Nabilone is used to treat nausea and vomiting caused by cancer chemotherapy in people who have already taken other medications to treat this type of nausea and vomiting without good results. Nabilone is in a class of medications called cannabinoids. It works by affecting the area of the brain that controls nausea and vomiting.
Nabilone comes as a capsule to take by mouth. It is usually taken with or without food two to three times a day during a cycle of chemotherapy. Treatment with nabilone should begin 1 to 3 hours before the first dose of chemotherapy and may be continued for up to 48 hours after the end of the chemotherapy cycle. Take nabilone at around the same times every day. Follow the directions on your prescription label carefully, and ask your doctor or pharmacist to explain any part you do not understand. Take nabilone exactly as directed. Do not take more or less of it or take it more often than prescribed by your doctor.
Your doctor will probably start you on a low dose of nabilone and may gradually increase your dose if needed.
Nabilone helps control nausea and vomiting caused by cancer chemotherapy when taken as directed. Always take nabilone according to the schedule prescribed by your doctor even if you are not experiencing nausea or vomiting.
Nabilone may be habit-forming. Do not take a larger dose, take it more often, or take it for a longer period of time than prescribed by your doctor. Call your doctor if you find that you want to take extra medication.
This medication may be prescribed for other uses; ask your doctor or pharmacist for more information.
Before taking nabilone,
Unless your doctor tells you otherwise, continue your normal diet.
Take the missed dose as soon as you remember it. However, if it is almost time for the next dose, skip the missed dose and continue your regular dosing schedule. Do not take a double dose to make up for a missed one.
Nabilone may cause side effects. Tell your doctor if any of these symptoms are severe or do not go away:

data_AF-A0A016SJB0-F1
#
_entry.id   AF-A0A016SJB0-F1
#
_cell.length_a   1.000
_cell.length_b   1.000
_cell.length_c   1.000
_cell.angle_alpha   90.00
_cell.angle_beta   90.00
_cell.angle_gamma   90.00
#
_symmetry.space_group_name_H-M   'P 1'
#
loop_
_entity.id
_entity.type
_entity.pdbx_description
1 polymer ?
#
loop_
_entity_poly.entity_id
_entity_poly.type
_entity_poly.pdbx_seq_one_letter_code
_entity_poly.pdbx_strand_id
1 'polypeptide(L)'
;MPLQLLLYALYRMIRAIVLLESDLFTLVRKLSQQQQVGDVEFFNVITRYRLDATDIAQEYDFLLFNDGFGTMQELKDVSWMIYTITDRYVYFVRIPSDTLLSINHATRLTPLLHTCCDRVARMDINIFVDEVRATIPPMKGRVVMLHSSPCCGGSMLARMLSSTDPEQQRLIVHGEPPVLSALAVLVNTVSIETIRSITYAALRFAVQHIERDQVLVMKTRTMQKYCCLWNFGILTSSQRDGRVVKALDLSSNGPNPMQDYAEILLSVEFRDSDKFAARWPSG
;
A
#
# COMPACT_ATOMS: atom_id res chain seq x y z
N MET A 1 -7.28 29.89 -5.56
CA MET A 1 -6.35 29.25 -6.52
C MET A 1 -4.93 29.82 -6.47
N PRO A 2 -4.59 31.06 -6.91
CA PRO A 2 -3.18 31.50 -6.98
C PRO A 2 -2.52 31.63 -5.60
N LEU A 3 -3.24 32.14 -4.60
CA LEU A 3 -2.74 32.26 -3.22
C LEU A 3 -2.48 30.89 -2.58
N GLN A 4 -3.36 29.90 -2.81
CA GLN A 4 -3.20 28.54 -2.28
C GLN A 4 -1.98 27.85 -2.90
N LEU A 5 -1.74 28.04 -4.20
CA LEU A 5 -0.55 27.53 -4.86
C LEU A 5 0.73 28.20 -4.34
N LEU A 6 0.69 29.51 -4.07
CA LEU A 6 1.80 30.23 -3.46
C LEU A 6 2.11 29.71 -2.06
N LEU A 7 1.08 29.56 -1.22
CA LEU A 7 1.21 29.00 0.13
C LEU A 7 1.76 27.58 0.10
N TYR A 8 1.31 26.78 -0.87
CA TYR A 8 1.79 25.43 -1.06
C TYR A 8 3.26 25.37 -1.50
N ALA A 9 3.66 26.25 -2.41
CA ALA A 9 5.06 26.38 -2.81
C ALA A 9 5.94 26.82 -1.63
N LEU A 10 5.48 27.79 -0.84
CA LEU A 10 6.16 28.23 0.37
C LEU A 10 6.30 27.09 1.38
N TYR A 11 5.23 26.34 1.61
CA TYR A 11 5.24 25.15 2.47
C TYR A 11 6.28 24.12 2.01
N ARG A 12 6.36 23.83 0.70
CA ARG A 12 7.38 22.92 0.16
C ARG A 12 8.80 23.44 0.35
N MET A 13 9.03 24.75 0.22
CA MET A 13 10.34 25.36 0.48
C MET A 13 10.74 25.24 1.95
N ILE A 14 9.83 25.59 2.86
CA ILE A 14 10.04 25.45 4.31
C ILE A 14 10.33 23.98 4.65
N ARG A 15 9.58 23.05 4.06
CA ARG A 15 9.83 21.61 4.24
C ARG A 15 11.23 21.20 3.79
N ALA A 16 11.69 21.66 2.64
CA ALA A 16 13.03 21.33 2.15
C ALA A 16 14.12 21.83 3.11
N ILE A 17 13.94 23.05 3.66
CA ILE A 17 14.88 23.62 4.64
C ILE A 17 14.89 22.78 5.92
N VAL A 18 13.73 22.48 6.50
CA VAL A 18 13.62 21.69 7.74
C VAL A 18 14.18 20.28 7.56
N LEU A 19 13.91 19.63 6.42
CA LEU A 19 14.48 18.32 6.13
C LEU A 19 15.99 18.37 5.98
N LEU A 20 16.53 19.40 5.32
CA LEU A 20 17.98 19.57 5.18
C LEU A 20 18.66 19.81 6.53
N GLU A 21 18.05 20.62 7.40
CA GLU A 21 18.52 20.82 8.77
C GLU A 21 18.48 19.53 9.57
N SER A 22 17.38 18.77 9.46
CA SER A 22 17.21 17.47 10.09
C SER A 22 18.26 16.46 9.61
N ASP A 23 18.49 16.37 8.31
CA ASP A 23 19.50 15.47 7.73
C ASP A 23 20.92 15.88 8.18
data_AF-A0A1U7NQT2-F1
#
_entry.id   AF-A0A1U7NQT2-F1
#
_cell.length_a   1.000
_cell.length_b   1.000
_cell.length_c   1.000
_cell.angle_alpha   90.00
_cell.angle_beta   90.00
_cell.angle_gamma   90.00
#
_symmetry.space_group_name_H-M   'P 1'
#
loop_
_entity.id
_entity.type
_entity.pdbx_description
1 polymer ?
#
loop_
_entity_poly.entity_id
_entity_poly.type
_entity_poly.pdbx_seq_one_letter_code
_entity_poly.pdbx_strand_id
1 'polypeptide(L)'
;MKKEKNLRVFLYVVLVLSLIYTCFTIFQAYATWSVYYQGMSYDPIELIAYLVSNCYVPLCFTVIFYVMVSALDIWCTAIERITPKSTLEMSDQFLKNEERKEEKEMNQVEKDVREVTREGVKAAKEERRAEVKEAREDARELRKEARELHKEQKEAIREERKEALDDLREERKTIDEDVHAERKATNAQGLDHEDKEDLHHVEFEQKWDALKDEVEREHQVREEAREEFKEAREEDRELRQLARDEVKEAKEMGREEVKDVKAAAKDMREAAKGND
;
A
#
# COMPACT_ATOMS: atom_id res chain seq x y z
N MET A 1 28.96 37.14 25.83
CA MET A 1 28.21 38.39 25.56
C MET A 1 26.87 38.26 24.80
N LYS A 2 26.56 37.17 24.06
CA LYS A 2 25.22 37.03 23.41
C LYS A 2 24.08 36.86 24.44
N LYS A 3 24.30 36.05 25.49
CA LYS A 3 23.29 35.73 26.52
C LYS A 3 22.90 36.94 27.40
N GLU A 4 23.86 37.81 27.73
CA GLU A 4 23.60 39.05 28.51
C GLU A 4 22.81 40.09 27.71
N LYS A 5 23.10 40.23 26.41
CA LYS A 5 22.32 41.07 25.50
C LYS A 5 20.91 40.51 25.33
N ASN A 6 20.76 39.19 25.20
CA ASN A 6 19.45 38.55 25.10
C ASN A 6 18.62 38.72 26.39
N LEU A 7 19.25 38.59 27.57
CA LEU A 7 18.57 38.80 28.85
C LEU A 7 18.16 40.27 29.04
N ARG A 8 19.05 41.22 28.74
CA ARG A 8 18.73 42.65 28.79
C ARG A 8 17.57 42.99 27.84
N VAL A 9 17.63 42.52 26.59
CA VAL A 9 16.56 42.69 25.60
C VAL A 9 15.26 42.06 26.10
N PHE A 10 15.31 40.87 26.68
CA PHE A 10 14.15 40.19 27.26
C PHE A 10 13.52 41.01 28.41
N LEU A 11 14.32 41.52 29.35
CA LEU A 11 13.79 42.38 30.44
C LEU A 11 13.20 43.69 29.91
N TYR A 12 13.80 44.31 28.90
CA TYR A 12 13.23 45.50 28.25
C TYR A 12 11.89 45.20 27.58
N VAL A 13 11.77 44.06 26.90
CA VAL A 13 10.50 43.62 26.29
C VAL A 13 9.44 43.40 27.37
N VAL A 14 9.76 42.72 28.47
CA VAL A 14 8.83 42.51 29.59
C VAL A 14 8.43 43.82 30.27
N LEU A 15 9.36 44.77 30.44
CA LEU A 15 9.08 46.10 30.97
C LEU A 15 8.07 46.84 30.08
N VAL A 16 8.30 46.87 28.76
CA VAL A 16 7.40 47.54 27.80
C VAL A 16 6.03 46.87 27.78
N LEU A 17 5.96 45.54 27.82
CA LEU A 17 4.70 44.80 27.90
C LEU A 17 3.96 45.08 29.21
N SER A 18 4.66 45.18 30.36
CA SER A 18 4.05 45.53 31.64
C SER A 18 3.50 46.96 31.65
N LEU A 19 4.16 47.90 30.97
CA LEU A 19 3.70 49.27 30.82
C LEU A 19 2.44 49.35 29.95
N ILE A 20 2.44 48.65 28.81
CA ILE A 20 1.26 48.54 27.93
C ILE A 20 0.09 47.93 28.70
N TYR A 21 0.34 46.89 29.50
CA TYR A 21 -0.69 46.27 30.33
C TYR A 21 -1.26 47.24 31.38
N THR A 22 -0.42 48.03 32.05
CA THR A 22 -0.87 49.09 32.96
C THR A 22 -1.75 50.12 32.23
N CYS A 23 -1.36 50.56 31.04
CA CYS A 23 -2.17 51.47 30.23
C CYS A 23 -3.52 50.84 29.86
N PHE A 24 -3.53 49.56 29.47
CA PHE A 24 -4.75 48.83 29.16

Some side effects can be serious. If you experience any of these symptoms, call your doctor immediately:
Nabilone may cause other side effects. Call your doctor if you have any unusual problems while taking this medication.
Keep this medication in the container it came in, tightly closed, and out of reach of children. Store it at room temperature and away from excess heat and moisture (not in the bathroom).
Store nabilone in a safe place so that no one else can take it accidentally or on purpose. Keep track of how many capsules are left so you will know if any are missing.
Unneeded medications should be disposed of in special ways to ensure that pets, children, and other people cannot consume them. However, you should not flush this medication down the toilet. Instead, the best way to dispose of your medication is through a medicine take-back program. Talk to your pharmacist or contact your local garbage/recycling department to learn about take-back programs in your community. See the FDA's Safe Disposal of Medicines website ( Web Site) for more information if you do not have access to a take-back program.
It is important to keep all medication out of sight and reach of children as many containers (such as weekly pill minders and those for eye drops, creams, patches, and inhalers) are not child-resistant and young children can open them easily. To protect young children from poisoning, always lock safety caps and immediately place the medication in a safe location – one that is up and away and out of their sight and reach. Web Site
In case of overdose, call the poison control helpline at 1-800-222-1222. Information is also available online at Web Site. If the victim has collapsed, had a seizure, has trouble breathing, or can't be awakened, immediately call emergency services at 911.
Symptoms of overdose may include:
Keep all appointments with your doctor.
Do not let anyone else take your medication. This prescription is not refillable. Be sure to see your doctor to get a new prescription before you begin each cycle of chemotherapy.
It is important for you to keep a written list of all of the prescription and nonprescription (over-the-counter) medicines you are taking, as well as any products such as vitamins, minerals, or other dietary supplements. You should bring this list with you each time you visit a doctor or if you are admitted to a hospital. It is also important information to carry with you in case of emergencies.
AHFS® Consumer Medication Information. © Copyright, The American Society of Health-System Pharmacists, Inc., 7272 Wisconsin Avenue, Bethesda, Maryland. All Rights Reserved. Duplication for commercial use must be authorized by ASHP.
Selected Revisions: August 15, 2016.